With social unrest and unemployment being widespread worldwide, there is an urgent need to restore full employment as a global and national priority goal.
UNEMPLOYMENT has reared its ugly head to become arguably the world’s biggest economic and social problem once again. The situation today is not unlike the Great Depression in the late 1930s and early 1940s, when millions were thrown out of work.
Lack of jobs was associated with unrest then, and some historians think it contributed to World War II. It is now a major factor in street protests in Europe and unseated political leaders in Egypt and elsewhere.
Now, as then, there is confusion in intellectual and policy discussions on what has caused, and how to tackle, unemployment.
Global unemployment is now slightly above 200 million. It grew by 4.2 million last year and will do so by another five million this year, according to the International Labour Organisation (ILO).
There are 28 million more unemployed people today than in 2007, when the global financial crisis started. But the figure climbs to 67 million as a “global jobs gap” if we include those who chose to stop looking for jobs.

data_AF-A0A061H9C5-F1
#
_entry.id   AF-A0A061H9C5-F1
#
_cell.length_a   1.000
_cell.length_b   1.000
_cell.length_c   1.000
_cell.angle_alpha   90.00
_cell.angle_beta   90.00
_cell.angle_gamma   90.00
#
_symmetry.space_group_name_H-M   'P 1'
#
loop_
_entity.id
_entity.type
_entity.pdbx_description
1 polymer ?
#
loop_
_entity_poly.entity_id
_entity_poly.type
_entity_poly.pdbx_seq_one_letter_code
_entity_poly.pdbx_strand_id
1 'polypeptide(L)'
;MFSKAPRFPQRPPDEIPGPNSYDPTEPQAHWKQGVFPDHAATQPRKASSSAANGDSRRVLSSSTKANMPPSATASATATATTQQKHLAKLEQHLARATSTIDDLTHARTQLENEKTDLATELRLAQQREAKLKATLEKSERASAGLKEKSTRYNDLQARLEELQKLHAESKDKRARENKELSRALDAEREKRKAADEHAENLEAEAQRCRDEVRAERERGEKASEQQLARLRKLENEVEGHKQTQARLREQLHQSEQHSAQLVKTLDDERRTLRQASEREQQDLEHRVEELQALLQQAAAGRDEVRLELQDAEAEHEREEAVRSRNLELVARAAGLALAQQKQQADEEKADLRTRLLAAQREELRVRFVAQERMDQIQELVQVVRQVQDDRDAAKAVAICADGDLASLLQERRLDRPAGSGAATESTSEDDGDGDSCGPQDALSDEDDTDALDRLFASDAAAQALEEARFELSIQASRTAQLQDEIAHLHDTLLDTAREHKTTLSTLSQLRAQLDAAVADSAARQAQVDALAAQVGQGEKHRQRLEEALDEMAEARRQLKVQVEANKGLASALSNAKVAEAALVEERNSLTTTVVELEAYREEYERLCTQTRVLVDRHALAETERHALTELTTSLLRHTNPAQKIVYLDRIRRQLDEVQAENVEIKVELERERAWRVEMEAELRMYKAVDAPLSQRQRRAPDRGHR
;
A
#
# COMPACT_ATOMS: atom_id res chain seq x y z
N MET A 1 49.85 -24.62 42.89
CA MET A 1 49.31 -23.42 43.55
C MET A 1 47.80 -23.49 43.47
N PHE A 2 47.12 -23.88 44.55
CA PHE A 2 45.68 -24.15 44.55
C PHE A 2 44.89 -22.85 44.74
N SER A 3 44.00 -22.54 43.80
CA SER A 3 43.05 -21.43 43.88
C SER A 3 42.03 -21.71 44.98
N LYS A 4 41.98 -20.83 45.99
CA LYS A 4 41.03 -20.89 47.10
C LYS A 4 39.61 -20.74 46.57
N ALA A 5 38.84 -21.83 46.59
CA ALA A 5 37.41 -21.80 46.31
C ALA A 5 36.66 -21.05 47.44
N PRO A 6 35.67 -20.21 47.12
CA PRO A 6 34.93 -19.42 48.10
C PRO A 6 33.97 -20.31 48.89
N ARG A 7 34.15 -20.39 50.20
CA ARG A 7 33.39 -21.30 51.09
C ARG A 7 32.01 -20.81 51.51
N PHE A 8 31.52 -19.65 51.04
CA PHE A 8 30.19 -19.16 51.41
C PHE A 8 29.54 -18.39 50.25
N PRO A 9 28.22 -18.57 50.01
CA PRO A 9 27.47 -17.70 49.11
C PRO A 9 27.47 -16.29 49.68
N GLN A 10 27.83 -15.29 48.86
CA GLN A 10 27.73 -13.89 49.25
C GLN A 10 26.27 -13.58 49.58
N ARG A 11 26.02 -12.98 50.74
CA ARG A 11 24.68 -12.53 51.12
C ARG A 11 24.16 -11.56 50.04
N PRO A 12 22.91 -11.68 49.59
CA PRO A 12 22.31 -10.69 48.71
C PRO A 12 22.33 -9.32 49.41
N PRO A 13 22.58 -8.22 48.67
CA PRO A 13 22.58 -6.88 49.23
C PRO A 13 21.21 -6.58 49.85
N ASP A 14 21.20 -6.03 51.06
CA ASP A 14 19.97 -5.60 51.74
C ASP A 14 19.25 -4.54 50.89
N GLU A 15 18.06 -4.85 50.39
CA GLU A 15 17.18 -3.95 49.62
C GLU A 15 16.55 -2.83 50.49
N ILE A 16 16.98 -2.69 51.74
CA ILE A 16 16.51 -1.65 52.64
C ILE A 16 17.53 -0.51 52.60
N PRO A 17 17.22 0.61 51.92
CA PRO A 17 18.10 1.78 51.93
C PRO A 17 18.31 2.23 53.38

Globally, 73 million young people are unemployed, a 12.6% rate. But in some countries, 30% to 40% of the young are jobless and thus susceptible to frustration and rebellion.
Chosen excerpts by Job Market Monitor
Employment rates exceed pre-crisis levels in 30 per cent of the countries, have increased in 37 per cent and have continued to decline in the remaining 33 per cent finds ILO in World of Work report 2013
According to the World of Work report 2013 “Repairing the economic and social fabric”, income inequalities rose between 2010 and 2011 in 14 of the 26 advanced economies surveyed, including France, Denmark, Spain and the United States. Inequality levels in seven of the remaining 12 countries were still higher than before the start of the … Continue reading »
It is not easy to be young in the labour market today and skills mismatch is not helping them says ILO
The global youth unemployment rate, which had decreased from 12.7 per cent in 2009 to 12.3 per cent in 2011, increased again to 12.4 per cent in 2012, and has continued to grow to 12.6 per cent in 2013. This is 1.1 percentage points above the pre‐crisis level in 2007 (11.5 per cent). By 2018 …Continue reading »